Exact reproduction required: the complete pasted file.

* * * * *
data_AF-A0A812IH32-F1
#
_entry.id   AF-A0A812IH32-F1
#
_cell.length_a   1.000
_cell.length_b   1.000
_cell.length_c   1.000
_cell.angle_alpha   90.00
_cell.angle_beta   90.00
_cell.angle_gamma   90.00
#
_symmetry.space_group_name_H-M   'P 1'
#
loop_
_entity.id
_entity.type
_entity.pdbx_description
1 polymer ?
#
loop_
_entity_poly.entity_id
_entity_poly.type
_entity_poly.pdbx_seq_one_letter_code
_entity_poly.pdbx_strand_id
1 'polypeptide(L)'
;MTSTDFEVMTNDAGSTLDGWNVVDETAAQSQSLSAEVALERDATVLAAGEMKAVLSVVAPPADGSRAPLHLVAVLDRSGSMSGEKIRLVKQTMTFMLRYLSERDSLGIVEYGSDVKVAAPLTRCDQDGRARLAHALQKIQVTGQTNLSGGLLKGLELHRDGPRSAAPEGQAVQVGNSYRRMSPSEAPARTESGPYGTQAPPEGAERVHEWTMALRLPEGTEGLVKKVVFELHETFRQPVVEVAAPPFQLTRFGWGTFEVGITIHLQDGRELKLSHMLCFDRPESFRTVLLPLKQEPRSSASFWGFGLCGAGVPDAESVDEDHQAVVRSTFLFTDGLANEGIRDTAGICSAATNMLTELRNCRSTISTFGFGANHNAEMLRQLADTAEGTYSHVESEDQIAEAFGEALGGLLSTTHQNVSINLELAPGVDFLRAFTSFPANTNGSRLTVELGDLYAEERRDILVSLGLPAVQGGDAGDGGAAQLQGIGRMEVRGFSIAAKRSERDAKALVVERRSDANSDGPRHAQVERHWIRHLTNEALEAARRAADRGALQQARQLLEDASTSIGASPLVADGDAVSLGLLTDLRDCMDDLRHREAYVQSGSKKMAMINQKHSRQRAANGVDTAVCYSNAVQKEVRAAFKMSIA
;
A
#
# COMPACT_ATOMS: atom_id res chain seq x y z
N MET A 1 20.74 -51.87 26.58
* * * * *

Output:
data_AF-A0A812IH32-F1
#
_entry.id   AF-A0A812IH32-F1
#
_cell.length_a   1.000
_cell.length_b   1.000
_cell.length_c   1.000
_cell.angle_alpha   90.00
_cell.angle_beta   90.00
_cell.angle_gamma   90.00
#
_symmetry.space_group_name_H-M   'P 1'
#
loop_
_entity.id
_entity.type
_entity.pdbx_description
1 polymer ?
#
loop_
_entity_poly.entity_id
_entity_poly.type
_entity_poly.pdbx_seq_one_letter_code
_entity_poly.pdbx_strand_id
1 'polypeptide(L)'
;MTSTDFEVMTNDAGSTLDGWNVVDETAAQSQSLSAEVALERDATVLAAGEMKAVLSVVAPPADGSRAPLHLVAVLDRSGSMSGEKIRLVKQTMTFMLRYLSERDSLGIVEYGSDVKVAAPLTRCDQDGRARLAHALQKIQVTGQTNLSGGLLKGLELHRDGPRSAAPEGQAVQVGNSYRRMSPSEAPARTESGPYGTQAPPEGAERVHEWTMALRLPEGTEGLVKKVVFELHETFRQPVVEVAAPPFQLTRFGWGTFEVGITIHLQDGRELKLSHMLCFDRPESFRTVLLPLKQEPRSSASFWGFGLCGAGVPDAESVDEDHQAVVRSTFLFTDGLANEGIRDTAGICSAATNMLTELRNCRSTISTFGFGANHNAEMLRQLADTAEGTYSHVESEDQIAEAFGEALGGLLSTTHQNVSINLELAPGVDFLRAFTSFPANTNGSRLTVELGDLYAEERRDILVSLGLPAVQGGDAGDGGAAQLQGIGRMEVRGFSIAAKRSERDAKALVVERRSDANSDGPRHAQVERHWIRHLTNEALEAARRAADRGALQQARQLLEDASTSIGASPLVADGDAVSLGLLTDLRDCMDDLRHREAYVQSGSKKMAMINQKHSRQRAANGVDTAVCYSNAVQKEVRAAFKMSIA
;
A
#
# COMPACT_ATOMS: atom_id res chain seq x y z
N MET A 1 20.74 -51.87 26.58